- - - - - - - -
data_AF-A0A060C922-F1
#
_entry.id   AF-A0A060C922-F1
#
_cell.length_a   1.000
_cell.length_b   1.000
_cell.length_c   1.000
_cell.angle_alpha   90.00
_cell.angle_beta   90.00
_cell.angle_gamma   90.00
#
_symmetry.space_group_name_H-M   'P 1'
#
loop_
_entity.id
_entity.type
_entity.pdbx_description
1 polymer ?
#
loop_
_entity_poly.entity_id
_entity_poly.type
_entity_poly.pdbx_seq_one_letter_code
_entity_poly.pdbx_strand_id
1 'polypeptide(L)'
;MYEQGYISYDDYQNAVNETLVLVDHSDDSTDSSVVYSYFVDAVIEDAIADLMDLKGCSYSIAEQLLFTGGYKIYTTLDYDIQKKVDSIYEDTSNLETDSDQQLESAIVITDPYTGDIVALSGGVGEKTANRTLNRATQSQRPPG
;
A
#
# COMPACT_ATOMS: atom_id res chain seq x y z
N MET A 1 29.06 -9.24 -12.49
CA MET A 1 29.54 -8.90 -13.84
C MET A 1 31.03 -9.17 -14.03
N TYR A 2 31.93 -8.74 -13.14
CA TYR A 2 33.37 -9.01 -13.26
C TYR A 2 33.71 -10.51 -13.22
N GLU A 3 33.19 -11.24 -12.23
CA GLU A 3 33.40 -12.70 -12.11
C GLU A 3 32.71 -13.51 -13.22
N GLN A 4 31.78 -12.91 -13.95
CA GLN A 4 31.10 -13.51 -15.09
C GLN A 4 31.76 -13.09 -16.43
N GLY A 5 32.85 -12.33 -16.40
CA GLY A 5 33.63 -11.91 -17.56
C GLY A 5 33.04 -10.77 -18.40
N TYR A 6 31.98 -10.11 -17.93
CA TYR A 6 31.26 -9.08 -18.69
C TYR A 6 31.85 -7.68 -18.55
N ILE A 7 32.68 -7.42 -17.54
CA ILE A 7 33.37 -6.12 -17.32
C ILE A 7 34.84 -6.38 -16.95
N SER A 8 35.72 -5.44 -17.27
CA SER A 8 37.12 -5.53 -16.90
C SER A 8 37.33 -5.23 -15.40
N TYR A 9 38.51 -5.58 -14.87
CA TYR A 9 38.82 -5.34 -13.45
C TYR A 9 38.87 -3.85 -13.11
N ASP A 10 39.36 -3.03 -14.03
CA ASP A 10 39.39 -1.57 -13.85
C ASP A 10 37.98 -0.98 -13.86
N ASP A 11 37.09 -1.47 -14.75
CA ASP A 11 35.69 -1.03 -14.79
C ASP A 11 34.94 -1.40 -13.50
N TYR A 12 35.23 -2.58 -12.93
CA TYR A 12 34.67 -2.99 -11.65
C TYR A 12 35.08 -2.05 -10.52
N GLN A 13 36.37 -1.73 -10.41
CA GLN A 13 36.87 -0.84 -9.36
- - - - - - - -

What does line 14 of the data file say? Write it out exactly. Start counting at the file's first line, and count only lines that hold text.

loop_